WASHINGTON — Kentucky Republican Sen. Jim Bunning on Friday denied media reports that he'll resign from the Senate if he continues to face obstacles in his 2010 re-election bid.
"It's not true. I intend to fulfill my obligation to the people of Kentucky. If you are going to write something like this, you'd better make your sources known because they are lying," Bunning said of the anonymous reports that peppered both the mainstream media and the blogosphere on Friday.
According to reports in several publications, Bunning told lobbyists at a National Mining Association fundraiser this week in Washington that he would resign if he is unable to raise money and garner broader support in his campaign for a third term. For weeks, Bunning, a Hall of Fame pitcher, has lashed out at his fellow Kentuckian, Senate Minority Leader Mitch McConnell, and the National Republican Senatorial Committee's chairman, Sen. John Cornyn of Texas, over support for his re-election efforts.
Last month, McConnell told reporters at the National Press Club in Washington that he didn't know if Bunning planned to seek re-election. Bunning countered that the senior senator must have suffered a memory lapse because Bunning told McConnell of his re-election intentions in early December.
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Cornyn made similar comments but has since said the NRSC fully supports Bunning's campaign efforts. Both McConnell and the NRSC declined to comment on the reports of Bunning's threat to resign.
The ability to attract more financial and political support "are bigger factors that will make or break 2010" for Bunning, Jennifer Duffy, a senior analyst at the Cook Political Report, said in a recent interview.
Bunning has had problems with both.
He has continuously expressed frustration with what he sees as a lack of financial and political support from both McConnell and the NRSC. In the final weeks of the 2004 election cycle, political experts say, McConnell helped Bunning edge ahead in a narrow 1.4 percentage point victory against Democratic challenger Daniel Mongiardo, then a state senator from Eastern Kentucky and now the state's lieutenant governor, by loaning staffers and helping Bunning raise much-needed funds.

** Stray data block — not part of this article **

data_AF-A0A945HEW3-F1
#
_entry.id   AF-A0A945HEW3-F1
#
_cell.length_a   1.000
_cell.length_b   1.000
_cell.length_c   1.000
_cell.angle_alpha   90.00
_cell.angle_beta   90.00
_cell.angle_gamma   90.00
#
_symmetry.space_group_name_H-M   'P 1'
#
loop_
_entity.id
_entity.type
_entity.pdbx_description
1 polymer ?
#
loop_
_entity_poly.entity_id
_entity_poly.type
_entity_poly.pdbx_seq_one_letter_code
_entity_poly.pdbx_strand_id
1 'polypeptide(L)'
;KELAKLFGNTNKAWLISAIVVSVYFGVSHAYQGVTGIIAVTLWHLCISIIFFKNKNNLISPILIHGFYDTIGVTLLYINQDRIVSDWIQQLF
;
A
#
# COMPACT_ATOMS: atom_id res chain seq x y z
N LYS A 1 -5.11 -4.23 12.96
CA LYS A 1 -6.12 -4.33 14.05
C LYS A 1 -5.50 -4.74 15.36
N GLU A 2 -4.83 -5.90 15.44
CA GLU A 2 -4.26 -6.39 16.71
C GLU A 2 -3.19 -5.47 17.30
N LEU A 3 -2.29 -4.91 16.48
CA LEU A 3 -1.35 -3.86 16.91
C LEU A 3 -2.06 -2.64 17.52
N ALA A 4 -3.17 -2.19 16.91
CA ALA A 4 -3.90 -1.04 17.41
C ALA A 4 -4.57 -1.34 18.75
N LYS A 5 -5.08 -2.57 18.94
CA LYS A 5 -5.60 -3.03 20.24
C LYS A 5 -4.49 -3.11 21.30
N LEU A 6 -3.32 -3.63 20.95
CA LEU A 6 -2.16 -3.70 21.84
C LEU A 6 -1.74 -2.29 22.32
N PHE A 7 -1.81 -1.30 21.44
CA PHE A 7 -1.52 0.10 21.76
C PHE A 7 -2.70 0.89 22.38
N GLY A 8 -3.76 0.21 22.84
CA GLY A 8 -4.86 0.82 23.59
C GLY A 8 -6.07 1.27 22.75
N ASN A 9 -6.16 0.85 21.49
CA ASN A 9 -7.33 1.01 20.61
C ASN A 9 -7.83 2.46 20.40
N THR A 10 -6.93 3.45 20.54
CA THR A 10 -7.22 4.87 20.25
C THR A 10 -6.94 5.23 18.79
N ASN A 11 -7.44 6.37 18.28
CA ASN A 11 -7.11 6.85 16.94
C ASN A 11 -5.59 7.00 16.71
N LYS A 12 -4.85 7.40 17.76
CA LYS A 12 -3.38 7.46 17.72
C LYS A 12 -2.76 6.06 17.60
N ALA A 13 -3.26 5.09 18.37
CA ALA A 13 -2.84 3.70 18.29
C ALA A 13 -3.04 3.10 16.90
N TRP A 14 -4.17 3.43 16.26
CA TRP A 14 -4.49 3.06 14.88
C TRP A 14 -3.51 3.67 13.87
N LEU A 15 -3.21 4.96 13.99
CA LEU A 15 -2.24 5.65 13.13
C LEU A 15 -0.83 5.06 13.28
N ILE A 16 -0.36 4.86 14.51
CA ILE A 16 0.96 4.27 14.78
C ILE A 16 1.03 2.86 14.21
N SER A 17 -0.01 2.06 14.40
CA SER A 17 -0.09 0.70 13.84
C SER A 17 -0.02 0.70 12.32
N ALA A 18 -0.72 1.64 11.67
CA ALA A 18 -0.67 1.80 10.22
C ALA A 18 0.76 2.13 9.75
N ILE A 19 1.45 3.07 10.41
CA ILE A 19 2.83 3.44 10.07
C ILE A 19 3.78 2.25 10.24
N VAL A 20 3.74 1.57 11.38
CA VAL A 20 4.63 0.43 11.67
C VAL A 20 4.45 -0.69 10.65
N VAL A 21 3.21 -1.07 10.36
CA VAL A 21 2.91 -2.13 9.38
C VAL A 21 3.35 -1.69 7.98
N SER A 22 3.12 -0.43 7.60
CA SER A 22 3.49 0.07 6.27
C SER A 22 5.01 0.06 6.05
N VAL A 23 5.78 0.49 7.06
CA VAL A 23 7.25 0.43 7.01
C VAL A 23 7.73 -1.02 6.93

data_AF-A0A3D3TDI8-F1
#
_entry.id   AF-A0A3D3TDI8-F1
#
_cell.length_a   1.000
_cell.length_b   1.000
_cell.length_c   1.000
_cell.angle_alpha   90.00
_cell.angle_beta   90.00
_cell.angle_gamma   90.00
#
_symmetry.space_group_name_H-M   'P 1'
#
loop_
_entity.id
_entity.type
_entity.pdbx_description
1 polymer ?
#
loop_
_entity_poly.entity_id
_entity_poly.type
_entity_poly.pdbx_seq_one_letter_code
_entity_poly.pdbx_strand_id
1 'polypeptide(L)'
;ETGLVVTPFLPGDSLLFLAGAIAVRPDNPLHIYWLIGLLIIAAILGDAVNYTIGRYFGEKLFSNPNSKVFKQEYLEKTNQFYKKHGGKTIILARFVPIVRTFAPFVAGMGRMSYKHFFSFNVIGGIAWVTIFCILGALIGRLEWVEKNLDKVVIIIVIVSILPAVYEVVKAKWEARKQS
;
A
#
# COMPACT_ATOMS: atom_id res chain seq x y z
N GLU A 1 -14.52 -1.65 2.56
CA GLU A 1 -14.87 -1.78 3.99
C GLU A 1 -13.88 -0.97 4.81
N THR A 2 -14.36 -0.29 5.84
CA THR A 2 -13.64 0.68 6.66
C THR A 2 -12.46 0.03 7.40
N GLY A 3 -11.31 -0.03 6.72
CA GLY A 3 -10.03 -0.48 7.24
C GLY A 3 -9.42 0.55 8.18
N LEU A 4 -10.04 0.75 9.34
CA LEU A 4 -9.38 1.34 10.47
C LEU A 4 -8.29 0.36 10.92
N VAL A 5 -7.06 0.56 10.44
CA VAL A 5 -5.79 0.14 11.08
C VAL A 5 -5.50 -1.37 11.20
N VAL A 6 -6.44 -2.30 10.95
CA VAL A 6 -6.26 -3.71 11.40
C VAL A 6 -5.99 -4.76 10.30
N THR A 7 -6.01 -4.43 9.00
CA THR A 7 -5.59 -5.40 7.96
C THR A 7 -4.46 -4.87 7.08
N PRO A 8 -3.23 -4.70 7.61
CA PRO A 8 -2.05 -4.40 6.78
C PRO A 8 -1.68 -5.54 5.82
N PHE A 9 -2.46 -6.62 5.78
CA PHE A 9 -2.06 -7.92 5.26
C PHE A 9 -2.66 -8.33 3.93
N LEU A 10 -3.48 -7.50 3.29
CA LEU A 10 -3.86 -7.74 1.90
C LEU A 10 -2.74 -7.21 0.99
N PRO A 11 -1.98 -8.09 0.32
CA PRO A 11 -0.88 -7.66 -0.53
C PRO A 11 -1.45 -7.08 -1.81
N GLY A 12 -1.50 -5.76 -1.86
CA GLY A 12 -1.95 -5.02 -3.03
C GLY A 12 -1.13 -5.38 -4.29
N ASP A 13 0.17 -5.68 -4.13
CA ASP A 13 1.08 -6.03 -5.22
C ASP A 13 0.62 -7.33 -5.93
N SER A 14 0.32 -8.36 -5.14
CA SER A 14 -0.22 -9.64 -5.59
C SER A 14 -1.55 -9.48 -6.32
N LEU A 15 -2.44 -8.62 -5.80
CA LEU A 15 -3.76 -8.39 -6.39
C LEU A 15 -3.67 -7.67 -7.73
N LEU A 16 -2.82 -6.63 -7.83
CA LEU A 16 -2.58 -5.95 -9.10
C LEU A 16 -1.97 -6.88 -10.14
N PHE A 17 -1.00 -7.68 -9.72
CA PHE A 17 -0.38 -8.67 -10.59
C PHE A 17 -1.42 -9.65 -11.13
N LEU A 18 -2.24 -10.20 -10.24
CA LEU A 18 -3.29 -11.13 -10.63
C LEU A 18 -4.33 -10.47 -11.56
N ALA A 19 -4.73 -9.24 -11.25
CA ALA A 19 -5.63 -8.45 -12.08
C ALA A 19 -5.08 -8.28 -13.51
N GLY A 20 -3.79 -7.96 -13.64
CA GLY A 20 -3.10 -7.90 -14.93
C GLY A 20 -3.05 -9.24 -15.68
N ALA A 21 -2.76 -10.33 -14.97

Bunning is now widely considered one of the nation's most politically vulnerable GOP senators for 2010 — a year political analysts say may prove politically tough for Republicans. Republicans are trying to hold onto the 41 seats needed to filibuster legislation they don't like.
Key Senate Republicans — Mel Martinez of Florida, Sam Brownback of Kansas and Christopher "Kit" Bond of Missouri — have announced they won't seek re-election in 2010.
"They've got another tough cycle ahead," Larry Sabato, the director of the University of Virginia Center for Politics, said in a recent interview. "It's really a question of whether they can hold their 41 seats."
Increasingly, Bunning is being viewed by some Republican strategists as a political liability in achieving that goal.
Bunning faced widespread criticism recently after saying that U.S. Supreme Court Justice Ruth Bader Ginsburg, who's being treated for pancreatic cancer, would be dead by year's end. Bunning apologized Monday for the statement.
Days later, Bunning threatened to sue the NRSC if it supported another candidate in the 2010 race.
In the meantime, Bunning has struggled to raise enough funds to mount a competitive run, a fact he attributes to his inability to raise funds during McConnell's own contentious re-election bid. Bunning's campaign reported having about $150,000 on hand as of the most recent Federal Election Commission filing — far less than the $1 million to $2 million that political experts suggest Bunning would need by the end of the first quarter to kick his campaign into high gear.
Bunning has said he'll need $10 million to mount a competitive bid.
But Republican strategists worry about Bunning's ability to raise funds — a sign of a candidate's viability.
"It's up to him," Duffy said. "He promised to raise $2 million and they'll hold him to it."
Earlier this week, Bunning said his coffers were low because he loaned state Senate President David Williams, R-Burkesville, $30,000 to help fund the state Senate re-election campaigns of Republicans Jack Westwood of Crescent Springs and Ken Winters of Murray. Williams, who recently met with NRSC officials in Washington, says that he has not ruled out running for the U.S. Senate and that he would be "less than candid" if he did not say "a lot of rank-and-file people" have called him about the race.